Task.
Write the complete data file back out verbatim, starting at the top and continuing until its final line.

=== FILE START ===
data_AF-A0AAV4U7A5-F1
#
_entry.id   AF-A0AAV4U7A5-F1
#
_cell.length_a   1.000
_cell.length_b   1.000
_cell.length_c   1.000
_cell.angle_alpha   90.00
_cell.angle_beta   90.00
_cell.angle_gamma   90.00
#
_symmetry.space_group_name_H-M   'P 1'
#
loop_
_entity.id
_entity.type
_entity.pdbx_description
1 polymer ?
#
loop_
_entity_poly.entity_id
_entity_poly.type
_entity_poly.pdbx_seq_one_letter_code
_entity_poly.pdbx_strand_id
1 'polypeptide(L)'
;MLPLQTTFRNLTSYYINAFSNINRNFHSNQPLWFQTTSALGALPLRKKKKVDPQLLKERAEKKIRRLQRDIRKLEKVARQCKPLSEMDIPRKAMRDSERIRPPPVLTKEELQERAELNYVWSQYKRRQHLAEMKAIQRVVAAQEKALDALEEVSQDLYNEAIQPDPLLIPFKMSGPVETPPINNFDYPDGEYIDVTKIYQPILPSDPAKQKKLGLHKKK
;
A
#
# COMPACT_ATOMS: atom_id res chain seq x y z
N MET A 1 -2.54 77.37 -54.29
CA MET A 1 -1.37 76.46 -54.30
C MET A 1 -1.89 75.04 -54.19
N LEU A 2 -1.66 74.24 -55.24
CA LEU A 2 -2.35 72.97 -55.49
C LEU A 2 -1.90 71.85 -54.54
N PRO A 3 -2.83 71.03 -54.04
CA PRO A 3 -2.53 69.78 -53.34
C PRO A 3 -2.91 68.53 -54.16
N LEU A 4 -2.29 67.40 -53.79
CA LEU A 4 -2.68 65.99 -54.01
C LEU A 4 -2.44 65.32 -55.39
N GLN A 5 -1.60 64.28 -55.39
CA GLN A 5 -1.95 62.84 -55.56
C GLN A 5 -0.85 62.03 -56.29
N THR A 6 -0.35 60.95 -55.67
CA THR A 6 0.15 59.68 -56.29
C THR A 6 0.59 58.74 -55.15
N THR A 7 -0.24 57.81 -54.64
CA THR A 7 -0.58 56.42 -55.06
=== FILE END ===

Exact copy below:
data_AF-A0AAV4U7A5-F1
#
_entry.id   AF-A0AAV4U7A5-F1
#
_cell.length_a   1.000
_cell.length_b   1.000
_cell.length_c   1.000
_cell.angle_alpha   90.00
_cell.angle_beta   90.00
_cell.angle_gamma   90.00
#
_symmetry.space_group_name_H-M   'P 1'
#
loop_
_entity.id
_entity.type
_entity.pdbx_description
1 polymer ?
#
loop_
_entity_poly.entity_id
_entity_poly.type
_entity_poly.pdbx_seq_one_letter_code
_entity_poly.pdbx_strand_id
1 'polypeptide(L)'
;MLPLQTTFRNLTSYYINAFSNINRNFHSNQPLWFQTTSALGALPLRKKKKVDPQLLKERAEKKIRRLQRDIRKLEKVARQCKPLSEMDIPRKAMRDSERIRPPPVLTKEELQERAELNYVWSQYKRRQHLAEMKAIQRVVAAQEKALDALEEVSQDLYNEAIQPDPLLIPFKMSGPVETPPINNFDYPDGEYIDVTKIYQPILPSDPAKQKKLGLHKKK
;
A
#
# COMPACT_ATOMS: atom_id res chain seq x y z
N MET A 1 -2.54 77.37 -54.29
CA MET A 1 -1.37 76.46 -54.30
C MET A 1 -1.89 75.04 -54.19
N LEU A 2 -1.66 74.24 -55.24
CA LEU A 2 -2.35 72.97 -55.49
C LEU A 2 -1.90 71.85 -54.54
N PRO A 3 -2.83 71.03 -54.04
CA PRO A 3 -2.53 69.78 -53.34
C PRO A 3 -2.91 68.53 -54.16
N LEU A 4 -2.29 67.40 -53.79
CA LEU A 4 -2.68 65.99 -54.01
C LEU A 4 -2.44 65.32 -55.39
N GLN A 5 -1.60 64.28 -55.39
CA GLN A 5 -1.95 62.84 -55.56
C GLN A 5 -0.85 62.03 -56.29
N THR A 6 -0.35 60.95 -55.67
CA THR A 6 0.15 59.68 -56.29
C THR A 6 0.59 58.74 -55.15
N THR A 7 -0.24 57.81 -54.64
CA THR A 7 -0.58 56.42 -55.06